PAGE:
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Ranch rodeo rides into sunrise


Family focused event maintains longtime ranching traditions


By TIM HEARDEN


Capital Press


McARTHUR, Calif. -- Sorting and counting cattle and branding calves have been a lifelong chore for Mark Nonella.


So it's only natural that the Klamath Falls, Ore., resident competes in such events in the burgeoning ranch rodeo circuit.


"I grew up on a ranch and rodeoed, and I'm doing ranch rodeo now," said Nonella, who works at his father's livestock operation. "It's a good time. All of the ranchers get together and get to compete with each other. It's a good way to get out of work and get off the ranch."


Nonella was one of more than 50 competitors in the second annual Intermountain Ranch Rodeo on March 9-10 here, which drew teams of participants from throughout Northern California, Nevada and Oregon. The event raises money for the Shasta County Farm Bureau.


A departure from the more well-known pro rodeo circuit, ranch rodeos hark back to the early beginnings of the sport, when it was simply a competition among ranch hands. Their timed events are based on what actually happens on a ranch, and the degree of difficulty is high.


Events include ranch doctoring, calf branding, ranch sorting, herd counting and cow milking. One event that a modern rodeo fan might recognize is calf roping, which is used when a ranch hand needs to catch and treat a sick calf, explains an Intermountain Ranch Rodeo program.


The McArthur rodeo is one of a trio of such events in the region each year, as its participants typically also compete in the JP Ranch Rodeo in Red Bluff, Calif., and the Klamath Cattlemen's Ranch Rodeo in Klamath Falls, said Tiffany Martinez, manager of the Shasta County Farm Bureau.


In the fall, the local Farm Bureau office received awards from the state and national organizations for setting up its unique ranch rodeo, which was Martinez's creation and raised $13,000 last year.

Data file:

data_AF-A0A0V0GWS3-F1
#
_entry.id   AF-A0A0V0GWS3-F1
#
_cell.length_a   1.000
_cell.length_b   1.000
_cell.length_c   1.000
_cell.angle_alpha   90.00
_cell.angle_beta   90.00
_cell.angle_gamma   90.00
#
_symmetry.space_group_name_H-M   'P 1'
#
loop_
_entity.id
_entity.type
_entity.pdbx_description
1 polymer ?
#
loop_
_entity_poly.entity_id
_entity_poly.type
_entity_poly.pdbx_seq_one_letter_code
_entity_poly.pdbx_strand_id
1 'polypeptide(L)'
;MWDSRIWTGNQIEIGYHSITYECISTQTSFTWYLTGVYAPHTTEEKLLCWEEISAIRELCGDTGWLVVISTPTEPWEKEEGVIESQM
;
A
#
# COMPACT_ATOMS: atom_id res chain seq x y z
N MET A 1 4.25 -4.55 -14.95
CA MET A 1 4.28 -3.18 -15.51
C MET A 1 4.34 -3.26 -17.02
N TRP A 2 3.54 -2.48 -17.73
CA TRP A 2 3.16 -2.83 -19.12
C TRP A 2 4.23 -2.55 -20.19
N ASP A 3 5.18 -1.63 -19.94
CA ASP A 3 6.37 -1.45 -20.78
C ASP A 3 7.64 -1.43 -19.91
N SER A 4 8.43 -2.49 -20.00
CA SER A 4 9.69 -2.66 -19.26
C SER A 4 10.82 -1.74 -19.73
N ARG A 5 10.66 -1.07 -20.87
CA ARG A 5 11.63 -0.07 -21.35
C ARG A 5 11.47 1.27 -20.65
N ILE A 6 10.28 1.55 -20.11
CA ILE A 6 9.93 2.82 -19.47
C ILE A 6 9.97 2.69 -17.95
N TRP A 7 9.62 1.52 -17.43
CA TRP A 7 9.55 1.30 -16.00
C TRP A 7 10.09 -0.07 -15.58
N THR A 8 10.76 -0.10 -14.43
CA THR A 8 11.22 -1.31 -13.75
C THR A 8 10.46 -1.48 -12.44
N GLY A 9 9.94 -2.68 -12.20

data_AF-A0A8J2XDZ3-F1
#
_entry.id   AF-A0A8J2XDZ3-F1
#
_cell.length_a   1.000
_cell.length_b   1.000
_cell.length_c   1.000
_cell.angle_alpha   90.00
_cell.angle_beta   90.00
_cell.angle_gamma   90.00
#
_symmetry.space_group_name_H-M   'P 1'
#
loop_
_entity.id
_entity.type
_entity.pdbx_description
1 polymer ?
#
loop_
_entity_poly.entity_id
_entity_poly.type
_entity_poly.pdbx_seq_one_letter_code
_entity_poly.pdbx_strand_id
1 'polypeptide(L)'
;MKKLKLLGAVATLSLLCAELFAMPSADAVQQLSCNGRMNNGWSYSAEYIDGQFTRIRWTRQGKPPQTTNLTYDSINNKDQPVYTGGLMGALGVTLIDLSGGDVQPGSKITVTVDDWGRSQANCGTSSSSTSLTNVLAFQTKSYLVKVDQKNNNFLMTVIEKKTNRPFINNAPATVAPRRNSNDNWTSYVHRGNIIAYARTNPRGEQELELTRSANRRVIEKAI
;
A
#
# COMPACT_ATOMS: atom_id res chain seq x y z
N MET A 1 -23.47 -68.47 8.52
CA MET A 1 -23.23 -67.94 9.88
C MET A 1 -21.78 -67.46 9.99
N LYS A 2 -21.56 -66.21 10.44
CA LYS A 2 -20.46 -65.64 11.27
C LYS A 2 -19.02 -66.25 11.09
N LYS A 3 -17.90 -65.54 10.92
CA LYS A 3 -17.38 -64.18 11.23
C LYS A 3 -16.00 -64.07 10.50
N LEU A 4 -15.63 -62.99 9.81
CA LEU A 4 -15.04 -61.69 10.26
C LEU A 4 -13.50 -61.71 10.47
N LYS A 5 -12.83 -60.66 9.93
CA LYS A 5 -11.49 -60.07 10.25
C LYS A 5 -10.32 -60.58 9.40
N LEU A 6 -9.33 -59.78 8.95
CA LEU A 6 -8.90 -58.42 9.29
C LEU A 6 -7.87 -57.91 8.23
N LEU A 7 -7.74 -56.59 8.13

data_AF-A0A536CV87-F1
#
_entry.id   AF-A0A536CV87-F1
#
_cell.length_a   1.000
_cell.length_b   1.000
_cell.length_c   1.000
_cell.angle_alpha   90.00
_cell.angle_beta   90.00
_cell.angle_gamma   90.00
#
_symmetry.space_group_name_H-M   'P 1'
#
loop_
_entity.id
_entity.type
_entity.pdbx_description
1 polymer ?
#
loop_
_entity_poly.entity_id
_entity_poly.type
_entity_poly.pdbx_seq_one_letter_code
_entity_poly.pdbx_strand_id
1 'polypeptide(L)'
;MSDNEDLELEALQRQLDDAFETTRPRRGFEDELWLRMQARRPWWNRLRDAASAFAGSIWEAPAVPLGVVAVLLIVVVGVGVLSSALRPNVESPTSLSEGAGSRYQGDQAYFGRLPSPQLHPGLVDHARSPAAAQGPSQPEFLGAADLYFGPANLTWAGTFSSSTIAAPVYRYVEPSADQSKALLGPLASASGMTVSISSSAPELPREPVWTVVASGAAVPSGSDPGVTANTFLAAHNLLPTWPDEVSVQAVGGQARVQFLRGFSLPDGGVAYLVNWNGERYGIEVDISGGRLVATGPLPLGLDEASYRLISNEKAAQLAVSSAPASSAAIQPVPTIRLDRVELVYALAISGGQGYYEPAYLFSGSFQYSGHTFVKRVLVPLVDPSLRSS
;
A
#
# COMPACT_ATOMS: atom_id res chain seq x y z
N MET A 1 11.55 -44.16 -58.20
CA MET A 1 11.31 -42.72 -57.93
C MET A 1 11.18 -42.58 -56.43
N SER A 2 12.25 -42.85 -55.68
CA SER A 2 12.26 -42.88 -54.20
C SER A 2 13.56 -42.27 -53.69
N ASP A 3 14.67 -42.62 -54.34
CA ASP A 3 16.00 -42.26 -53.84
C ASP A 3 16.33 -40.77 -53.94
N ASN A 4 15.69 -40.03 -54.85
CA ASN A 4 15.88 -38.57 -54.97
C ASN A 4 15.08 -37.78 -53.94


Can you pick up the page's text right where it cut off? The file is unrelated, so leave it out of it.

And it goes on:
Martinez and her husband, Tom, are ranchers and longtime participants in ranch rodeos and horse competitions. Tiffany Martinez thought the covered fairgrounds arena in McArthur would be conducive to attracting competitors from the three-state area, she said.


The two-day rodeo is sanctioned through the Western States Ranch Rodeo Association, with its winners eligible to compete in the finals in Winnemucca, Nev., later in the year. Last year there were about 100 different ranch rodeos in the country, Martinez said.


"It's really good because we can bring our families and the kids compete and stuff," she said. "Nobody's too serious and everyone loves to see the kids. My son is going to be 5 and he's going to be doing the California flag for the grand entry."


Most participants in last weekend's Intermountain rodeo were working ranchers or hands. Ray Hardy, who manages a ranch in Cedarville, Calif., said he enjoys the camaraderie.


"My dad did it before I did," he said.




Online


Western States Ranch Rodeo Association: http://wsrra.org/index.htm


Shasta County Farm Bureau: http://shasta.cfbf.com/



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